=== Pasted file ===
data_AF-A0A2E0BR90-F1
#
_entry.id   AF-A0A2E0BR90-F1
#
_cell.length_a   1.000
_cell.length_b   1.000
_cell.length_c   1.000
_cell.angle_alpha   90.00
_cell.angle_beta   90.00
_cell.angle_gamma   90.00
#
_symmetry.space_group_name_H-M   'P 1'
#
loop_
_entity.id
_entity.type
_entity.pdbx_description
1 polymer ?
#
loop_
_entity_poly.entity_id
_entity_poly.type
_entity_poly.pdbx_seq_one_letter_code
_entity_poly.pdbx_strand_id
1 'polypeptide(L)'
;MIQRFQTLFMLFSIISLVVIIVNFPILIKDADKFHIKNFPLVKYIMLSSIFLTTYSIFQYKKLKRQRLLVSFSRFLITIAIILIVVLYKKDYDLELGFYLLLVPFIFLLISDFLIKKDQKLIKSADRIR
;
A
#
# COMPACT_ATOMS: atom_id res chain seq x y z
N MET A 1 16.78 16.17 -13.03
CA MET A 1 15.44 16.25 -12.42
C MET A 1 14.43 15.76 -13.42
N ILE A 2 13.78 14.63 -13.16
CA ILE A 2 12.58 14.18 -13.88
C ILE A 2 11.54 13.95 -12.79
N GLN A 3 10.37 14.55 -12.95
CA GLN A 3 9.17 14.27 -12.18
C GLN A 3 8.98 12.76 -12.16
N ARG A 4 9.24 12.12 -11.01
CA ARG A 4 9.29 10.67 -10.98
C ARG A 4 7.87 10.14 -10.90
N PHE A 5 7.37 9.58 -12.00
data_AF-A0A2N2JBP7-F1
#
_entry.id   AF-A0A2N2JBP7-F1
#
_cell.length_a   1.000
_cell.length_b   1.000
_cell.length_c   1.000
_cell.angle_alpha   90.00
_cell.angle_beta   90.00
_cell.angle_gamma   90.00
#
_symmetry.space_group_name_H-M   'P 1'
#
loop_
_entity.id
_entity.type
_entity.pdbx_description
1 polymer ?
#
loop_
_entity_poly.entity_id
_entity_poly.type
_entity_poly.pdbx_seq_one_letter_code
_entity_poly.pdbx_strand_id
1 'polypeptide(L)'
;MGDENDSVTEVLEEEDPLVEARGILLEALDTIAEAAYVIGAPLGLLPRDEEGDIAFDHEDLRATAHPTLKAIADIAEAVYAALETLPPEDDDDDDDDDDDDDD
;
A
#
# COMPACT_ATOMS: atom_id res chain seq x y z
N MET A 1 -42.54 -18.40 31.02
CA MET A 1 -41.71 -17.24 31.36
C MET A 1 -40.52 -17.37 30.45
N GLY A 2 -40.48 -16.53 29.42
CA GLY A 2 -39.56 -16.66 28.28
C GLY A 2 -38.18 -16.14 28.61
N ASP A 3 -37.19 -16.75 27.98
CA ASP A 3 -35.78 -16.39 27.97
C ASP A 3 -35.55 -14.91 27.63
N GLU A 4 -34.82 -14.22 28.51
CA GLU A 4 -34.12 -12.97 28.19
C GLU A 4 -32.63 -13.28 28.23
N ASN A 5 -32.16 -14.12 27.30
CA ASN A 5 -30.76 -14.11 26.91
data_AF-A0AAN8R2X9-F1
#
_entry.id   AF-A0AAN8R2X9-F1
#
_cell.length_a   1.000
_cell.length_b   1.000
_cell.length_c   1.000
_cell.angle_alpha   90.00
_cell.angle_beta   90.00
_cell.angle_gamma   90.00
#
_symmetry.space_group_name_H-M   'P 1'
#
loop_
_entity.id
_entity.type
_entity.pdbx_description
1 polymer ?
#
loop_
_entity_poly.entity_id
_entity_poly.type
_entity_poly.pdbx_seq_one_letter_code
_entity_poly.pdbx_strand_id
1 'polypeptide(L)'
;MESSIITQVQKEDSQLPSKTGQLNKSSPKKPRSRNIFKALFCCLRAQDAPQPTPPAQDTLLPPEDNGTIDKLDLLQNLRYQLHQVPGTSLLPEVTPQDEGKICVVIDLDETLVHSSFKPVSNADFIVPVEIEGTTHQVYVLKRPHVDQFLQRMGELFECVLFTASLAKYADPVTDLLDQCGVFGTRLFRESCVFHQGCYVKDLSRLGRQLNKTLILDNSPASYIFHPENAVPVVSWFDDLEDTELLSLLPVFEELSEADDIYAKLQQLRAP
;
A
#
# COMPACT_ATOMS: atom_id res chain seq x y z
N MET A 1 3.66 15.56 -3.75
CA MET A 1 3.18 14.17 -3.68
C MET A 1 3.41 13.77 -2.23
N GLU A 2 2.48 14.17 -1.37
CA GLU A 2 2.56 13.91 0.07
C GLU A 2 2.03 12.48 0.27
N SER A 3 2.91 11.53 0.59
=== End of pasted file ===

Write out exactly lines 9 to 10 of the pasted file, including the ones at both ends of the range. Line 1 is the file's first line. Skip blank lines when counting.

_cell.angle_beta   90.00
_cell.angle_gamma   90.00